Boston's premier P.I. investigates the murder of a prominent local banker, with family ties to the Mayflower - and perhaps the mob.
When 51-year-old Nathan Smith, a once-confirmed bachelor, is found dead in his bed with a hole in his head made by a .38 caliber slug, it's hard not to imagine Nathan's young bride as the one with her finger on the trigger. Even her lawyer thinks she's guilty. But given that Mary Smith is entitled to the best defense she can afford - and thanks to Nathan's millions, she can afford plenty - Spenser hires on to investigate Mary's bona fides.
Mary's alibi is a bit on the flimsy side: she claims she was watching television in another room when the murder occurred. But the couple was seen fighting at a high-profile cocktail party earlier that evening and the prosecution has a witness who says Mary once tried to hire him to kill Nathan. What's more, she's too pretty, too made-up, too blonde, and sleeps around - just the kind of person a jury loves to hate.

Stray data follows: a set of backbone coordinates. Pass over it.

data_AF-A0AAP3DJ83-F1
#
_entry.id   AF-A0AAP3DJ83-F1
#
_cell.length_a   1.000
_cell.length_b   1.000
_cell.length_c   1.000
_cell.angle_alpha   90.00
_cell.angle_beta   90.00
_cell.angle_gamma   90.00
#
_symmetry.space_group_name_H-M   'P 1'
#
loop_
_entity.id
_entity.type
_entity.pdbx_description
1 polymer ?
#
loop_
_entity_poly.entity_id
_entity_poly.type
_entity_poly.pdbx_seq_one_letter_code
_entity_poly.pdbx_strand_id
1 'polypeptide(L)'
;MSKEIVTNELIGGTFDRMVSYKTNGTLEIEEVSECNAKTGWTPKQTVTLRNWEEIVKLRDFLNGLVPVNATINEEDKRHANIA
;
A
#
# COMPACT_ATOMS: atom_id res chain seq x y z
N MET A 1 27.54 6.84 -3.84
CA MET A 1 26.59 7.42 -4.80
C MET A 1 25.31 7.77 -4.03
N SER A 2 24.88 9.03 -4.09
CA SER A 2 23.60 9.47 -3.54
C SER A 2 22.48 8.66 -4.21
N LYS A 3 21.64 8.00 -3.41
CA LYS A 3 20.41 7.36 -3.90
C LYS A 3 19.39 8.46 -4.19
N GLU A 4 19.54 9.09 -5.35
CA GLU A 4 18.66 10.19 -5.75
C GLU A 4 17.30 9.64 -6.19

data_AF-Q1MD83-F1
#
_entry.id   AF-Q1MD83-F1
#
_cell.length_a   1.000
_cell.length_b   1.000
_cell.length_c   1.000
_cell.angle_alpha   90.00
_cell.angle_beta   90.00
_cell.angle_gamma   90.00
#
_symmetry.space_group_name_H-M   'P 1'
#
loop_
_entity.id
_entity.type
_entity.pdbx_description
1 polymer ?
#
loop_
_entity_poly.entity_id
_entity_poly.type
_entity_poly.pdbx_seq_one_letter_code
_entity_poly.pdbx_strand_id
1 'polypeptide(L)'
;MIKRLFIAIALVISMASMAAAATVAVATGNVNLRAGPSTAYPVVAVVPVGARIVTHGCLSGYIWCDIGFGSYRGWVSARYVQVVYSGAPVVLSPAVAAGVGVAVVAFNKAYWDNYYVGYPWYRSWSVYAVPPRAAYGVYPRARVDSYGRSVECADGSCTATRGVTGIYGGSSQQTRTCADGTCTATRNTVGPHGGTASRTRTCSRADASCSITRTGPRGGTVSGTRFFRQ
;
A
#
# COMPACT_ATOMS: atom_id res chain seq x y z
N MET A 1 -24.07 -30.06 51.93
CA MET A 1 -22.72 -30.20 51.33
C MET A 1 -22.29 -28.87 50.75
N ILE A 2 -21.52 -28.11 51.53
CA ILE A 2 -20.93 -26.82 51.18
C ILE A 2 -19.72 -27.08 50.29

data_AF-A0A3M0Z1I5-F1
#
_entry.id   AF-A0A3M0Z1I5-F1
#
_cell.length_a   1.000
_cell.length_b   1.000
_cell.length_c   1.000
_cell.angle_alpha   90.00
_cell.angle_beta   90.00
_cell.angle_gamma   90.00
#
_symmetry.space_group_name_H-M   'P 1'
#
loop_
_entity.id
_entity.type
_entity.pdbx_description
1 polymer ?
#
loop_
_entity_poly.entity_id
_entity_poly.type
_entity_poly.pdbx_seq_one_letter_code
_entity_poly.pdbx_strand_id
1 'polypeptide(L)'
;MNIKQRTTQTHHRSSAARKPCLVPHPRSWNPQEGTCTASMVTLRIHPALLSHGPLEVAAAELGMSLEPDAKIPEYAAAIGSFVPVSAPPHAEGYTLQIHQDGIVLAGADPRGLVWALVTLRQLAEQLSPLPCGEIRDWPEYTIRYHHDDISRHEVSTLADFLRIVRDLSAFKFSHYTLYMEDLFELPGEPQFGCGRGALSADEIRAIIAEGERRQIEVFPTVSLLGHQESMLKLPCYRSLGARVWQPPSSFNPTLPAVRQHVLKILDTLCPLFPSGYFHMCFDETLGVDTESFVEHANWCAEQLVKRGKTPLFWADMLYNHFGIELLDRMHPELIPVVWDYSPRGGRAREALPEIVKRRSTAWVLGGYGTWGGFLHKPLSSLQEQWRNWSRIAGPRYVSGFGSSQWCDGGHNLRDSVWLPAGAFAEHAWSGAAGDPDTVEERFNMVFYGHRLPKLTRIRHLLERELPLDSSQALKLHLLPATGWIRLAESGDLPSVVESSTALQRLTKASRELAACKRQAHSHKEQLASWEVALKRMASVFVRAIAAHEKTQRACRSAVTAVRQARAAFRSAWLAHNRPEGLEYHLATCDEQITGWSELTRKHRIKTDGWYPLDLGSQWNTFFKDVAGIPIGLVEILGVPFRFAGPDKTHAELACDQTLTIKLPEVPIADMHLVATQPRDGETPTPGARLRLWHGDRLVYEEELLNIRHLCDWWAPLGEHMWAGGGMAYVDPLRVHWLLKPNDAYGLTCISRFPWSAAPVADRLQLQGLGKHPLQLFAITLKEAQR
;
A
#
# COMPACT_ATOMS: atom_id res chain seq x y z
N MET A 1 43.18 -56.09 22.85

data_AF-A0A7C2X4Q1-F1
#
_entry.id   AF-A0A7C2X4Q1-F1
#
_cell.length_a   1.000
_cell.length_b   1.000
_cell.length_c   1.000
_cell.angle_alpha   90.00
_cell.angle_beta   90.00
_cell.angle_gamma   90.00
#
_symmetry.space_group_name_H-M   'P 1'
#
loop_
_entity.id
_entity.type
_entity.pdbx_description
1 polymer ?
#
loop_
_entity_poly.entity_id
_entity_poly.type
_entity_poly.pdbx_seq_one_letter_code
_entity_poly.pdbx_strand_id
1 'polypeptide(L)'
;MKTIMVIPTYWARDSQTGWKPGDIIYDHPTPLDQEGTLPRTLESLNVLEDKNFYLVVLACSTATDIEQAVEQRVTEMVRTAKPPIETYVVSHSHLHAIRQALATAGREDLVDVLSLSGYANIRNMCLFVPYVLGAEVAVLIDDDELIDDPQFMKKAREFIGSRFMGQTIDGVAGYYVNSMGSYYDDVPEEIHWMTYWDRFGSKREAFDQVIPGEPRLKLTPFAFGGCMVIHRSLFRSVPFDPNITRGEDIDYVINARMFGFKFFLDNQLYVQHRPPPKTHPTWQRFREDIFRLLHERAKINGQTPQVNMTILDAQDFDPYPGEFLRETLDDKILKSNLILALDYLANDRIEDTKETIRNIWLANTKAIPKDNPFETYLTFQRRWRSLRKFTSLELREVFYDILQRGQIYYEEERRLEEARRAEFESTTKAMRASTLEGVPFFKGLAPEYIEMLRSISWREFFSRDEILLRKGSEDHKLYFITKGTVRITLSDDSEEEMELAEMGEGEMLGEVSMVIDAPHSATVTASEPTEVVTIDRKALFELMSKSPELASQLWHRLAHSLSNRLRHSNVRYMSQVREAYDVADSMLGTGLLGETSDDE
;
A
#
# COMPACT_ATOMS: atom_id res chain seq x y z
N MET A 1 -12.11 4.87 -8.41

Spenser's up against the wall; leads go nowhere, no one knows a thing. Then a young woman, recently fired from her position at Smith's bank, turns up dead. Mary's vacant past suddenly starts looking meaner and darker - and Spenser's suddenly got to watch his back.
With its lean, crackling dialogue, crisp action and razor-sharp characters, Widow's Walk is another triumph.
I never got into Robert Parker's "Spenser, P.I." series before this. But Joe Mantegna's excellent, cynical portrayal
is Spenser, and his superb vocal characterizations make this a standout thriller. (John B.)
Sometimes you have to wonder how Robert B. Parker keeps his mojo working... In an age of shifty heroes with shaky values, he has created a hero who can still stand up for himself - and us. (
The New York Times Book Review)
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